At least year's festival, Festival Director Andrew Migliore announced that he'd be stepping down. There was rumbling that the festival would still continue in Portland (a satellite festival popped up in California thanks to Mr. Vanek), but for a good part of this year, there was little to no talk about a 2012 H. P. Lovecraft Film Festival happening in Portland. When an announcement was made . . . I know it sounds silly, but I felt a rush of relief. For years, I've joked that "October doesn't begin for me until the HPL Film Festival," but there's a lot of truth to that. It's become a tradition for me. I get to see old friends and watch some fantastic movies in a comfortable setting (The Hollywood Theatre), although I think some of the comfort comes from the familiarity of the building and the event rather than the actual accommodations (although it has gotten better over the years!).

It is a smaller event this year (it's only two nights, and there won't be as many films shown) as the current keepers of the local Festival flame wanted to keep the festival more intimate while still giving us Lurkers a fix of Lovecraft.

I'm counting down the days.




I wish I could get Return to Innsmouth and Lurker in the Lobby: The Best of the H.P. Lovecraft Film Festival, Vol. I on DVD. I MIGHT have the VHS tapes stashed away in a box somewhere, but I'd love to put them in my DVD folders along with my 5-disc set of The H. P. Lovecraft Collection.

Thursday, September 15, 2011

The Thursday Thirteen: My Dream Zombie Movie


The Thursday Thirteen is a recurring feature here at Plan D in which I post a list of 13 items/movies/books/etc. of any given category. This time around, I wanted to tie into the final-for-now episode of my podcast Mail Order Zombie. We're about to go on hiatus so that Bren and I can focus on a few other projects (writing) and priorities (health) throughout the rest of the year. As we wrap up the podcast for 2011, I wanted to address something one of our listeners brought up in a recent episode, so for this Thursday Thirteen, I present:

13 Elements That Would Make Up My Dream Zombie Movie (in no particular order) (with two additional cheats)

1 - Absolutely no CGI. This isn't a kneejerk "I-hate-CGI-effects" reaction to any particular movie or style of movie-making, but in my dream zombie movie, there's just no CGI. All the bullet hits (both firing and receiving) are real. All the blood, all the zombie make-up, all the zombie damage . . . it's all real. I realize that this means my dream zombie movie is going to have a HUGE budget as it's cheaper to go with virtual bullets and imaginary squibs than the actual pyrotechnics these days, but, hey, it's MY dream, okay?

2 - Slow zombies, or, at least, slowER zombies. I don't mind if the zombies start fast; in fact, it's probably more realistic if they do, but as they break down, they have to slow down. All jokes aside, slow zombies en masse CAN still be scary, and my dream zombie movie will show that.

3 - No undercranking or overcranking the camera. Sure, this can sometimes lead to some interesting effects and visuals, but in my dream zombie movie, I don't want to see anything sped up or slowed down. I want to see everything real time. Even though we live in a post-MTV-used-to-show-music-videos age and we're used to slow-mo or hyperspeed imagery, unless it's done spot-on-perfect (as in Zombie Hunters: City of the Dead), this can still take a viewer out of the story and make him or her aware that they're watching a movie.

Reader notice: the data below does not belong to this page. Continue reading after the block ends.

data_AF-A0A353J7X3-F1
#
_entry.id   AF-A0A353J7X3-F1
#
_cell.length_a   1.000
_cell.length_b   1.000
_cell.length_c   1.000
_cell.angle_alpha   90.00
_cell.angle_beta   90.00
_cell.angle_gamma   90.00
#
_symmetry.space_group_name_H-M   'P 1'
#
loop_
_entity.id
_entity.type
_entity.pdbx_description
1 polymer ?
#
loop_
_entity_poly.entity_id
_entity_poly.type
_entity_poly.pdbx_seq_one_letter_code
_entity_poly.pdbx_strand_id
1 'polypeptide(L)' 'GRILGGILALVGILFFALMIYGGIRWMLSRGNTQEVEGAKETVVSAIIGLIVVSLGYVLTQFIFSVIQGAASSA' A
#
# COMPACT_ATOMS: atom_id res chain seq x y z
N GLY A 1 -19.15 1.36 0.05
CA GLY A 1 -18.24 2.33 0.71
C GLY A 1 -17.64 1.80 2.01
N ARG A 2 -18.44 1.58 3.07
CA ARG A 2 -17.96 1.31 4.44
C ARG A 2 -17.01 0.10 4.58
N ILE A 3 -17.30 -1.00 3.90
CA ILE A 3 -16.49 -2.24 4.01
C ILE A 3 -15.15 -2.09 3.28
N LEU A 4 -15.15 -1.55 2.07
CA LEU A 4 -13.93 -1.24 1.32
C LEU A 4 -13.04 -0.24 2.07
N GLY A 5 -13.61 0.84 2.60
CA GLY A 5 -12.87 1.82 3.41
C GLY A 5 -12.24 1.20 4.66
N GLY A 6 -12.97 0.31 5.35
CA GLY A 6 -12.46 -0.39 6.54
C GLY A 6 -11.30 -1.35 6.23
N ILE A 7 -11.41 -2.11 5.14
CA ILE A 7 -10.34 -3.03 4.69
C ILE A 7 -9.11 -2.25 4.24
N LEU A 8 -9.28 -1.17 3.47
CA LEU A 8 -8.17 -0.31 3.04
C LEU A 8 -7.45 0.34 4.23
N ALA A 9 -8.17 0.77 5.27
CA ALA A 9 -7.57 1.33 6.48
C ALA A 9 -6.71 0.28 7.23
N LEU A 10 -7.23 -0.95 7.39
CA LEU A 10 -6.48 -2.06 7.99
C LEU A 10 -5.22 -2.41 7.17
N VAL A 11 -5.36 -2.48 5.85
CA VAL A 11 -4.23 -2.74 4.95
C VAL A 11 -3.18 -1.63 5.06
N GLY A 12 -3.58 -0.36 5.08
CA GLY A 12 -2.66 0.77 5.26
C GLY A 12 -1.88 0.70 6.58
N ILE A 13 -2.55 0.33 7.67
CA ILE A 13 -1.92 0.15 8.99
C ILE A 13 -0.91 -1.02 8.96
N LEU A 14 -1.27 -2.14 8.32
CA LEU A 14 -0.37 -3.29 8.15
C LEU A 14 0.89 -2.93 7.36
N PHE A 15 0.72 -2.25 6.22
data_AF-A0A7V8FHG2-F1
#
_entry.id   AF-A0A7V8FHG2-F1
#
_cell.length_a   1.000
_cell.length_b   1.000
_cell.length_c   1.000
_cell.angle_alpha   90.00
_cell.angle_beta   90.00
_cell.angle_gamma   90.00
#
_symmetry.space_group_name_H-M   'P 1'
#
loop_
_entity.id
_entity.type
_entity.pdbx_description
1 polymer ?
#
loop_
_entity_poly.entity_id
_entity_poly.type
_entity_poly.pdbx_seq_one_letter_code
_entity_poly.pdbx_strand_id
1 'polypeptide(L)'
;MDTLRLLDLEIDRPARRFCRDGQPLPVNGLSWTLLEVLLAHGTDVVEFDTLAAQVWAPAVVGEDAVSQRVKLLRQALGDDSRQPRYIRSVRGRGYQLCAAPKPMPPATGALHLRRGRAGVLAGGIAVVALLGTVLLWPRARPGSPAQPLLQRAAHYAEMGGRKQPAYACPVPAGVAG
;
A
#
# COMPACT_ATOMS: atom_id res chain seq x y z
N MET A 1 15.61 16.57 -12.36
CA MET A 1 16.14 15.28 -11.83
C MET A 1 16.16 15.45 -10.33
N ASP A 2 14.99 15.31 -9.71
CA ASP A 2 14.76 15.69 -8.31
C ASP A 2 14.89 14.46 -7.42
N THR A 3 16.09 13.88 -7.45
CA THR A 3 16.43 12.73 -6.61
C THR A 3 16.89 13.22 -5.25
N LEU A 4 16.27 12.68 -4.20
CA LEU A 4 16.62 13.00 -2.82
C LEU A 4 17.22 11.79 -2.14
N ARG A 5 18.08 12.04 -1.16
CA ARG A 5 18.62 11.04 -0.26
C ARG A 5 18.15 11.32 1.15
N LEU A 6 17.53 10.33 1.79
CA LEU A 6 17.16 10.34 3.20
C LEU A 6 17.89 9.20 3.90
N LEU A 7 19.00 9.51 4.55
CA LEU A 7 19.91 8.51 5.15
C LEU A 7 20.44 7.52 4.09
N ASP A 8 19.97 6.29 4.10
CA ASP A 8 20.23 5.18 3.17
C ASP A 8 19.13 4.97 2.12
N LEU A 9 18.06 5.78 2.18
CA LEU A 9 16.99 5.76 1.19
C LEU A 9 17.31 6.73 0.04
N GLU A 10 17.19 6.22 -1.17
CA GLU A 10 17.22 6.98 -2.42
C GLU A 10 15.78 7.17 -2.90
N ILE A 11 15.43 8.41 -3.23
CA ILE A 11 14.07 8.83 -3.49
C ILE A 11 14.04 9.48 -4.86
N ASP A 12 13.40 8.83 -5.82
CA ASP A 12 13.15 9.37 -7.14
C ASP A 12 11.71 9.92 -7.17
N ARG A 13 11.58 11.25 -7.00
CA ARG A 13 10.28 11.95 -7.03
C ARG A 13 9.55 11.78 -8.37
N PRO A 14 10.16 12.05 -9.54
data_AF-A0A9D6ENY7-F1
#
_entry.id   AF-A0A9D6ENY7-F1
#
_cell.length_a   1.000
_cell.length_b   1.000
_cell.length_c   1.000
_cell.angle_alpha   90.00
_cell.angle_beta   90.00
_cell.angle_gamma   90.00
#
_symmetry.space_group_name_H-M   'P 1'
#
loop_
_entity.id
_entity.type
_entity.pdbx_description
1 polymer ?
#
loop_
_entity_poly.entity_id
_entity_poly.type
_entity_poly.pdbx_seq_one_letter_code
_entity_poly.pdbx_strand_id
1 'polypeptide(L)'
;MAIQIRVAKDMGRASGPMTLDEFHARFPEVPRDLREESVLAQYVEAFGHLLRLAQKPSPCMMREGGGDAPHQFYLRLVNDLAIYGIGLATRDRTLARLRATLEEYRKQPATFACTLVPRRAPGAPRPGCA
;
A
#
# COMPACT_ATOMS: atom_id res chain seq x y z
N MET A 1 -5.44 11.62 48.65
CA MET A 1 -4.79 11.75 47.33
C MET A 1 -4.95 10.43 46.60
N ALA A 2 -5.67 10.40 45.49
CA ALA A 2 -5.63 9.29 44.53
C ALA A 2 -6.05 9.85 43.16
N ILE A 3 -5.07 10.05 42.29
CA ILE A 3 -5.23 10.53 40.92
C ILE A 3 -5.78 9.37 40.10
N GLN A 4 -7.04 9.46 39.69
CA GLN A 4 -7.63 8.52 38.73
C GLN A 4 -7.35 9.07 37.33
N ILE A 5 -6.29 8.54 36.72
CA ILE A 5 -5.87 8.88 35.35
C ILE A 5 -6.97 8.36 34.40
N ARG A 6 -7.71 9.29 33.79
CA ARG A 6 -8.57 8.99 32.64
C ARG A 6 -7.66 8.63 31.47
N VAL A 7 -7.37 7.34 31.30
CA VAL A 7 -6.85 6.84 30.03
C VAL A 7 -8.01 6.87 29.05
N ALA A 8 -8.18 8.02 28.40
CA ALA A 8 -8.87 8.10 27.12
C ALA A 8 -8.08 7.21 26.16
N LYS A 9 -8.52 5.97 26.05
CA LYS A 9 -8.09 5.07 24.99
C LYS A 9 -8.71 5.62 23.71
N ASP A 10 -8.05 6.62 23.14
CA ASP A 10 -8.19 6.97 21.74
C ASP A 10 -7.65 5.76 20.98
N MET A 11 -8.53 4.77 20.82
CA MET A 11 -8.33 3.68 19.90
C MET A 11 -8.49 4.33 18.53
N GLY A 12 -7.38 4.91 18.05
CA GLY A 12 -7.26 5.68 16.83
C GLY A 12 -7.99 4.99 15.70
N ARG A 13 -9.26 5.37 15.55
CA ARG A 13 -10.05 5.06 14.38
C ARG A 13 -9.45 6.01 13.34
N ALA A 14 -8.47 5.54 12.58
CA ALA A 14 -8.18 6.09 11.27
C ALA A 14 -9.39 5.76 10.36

4 - No music-video-like montage sequences. I feel this is overdone and unnecessary in most cases. It's a waste of screen time and, most of the time, only serves to create a cool few minutes of film instead of contributing to the whole.

5 - If the movie covers more than a few days of the zompocalypse, a brief reference made to hygiene and personal care. I saw this best addressed in the non-zombie 1962 film Panic in Year Zero!. At one point, family patriach Harry (played by Ray Milland) sits his family down and explains how they're going to do their best to maintain their routine in an attempt to hold onto a bit of normalcy. He dictates that he and his son Rick (Frankie Avalon) are going to continue to shave on a regular basis. While this may have been an attempt to explain why the films' leads weren't going to grow any facial hair during production, it also worked in terms of story. I don't need more than a few minutes mentioning where the restroom facilities are or where the showers are located, but a brief mention would make the movie feel more thought out than most. Additionally, it would be nice to see the characters change clothes every once and a while. So many times, especially in some of the lower-budget zombie movies, the zombie apocalypse hits, and even though the survivors find a place to hold out for several days with a basic complement of supplies, no one ever changes their shirt. I want to see that time passes and that the t-shirt the lead character wore at the start of the movie isn't the same one he wears at the end of the movie (unless, when briefly touching on the restroom facilities, mention is made of how laundry is being done as well).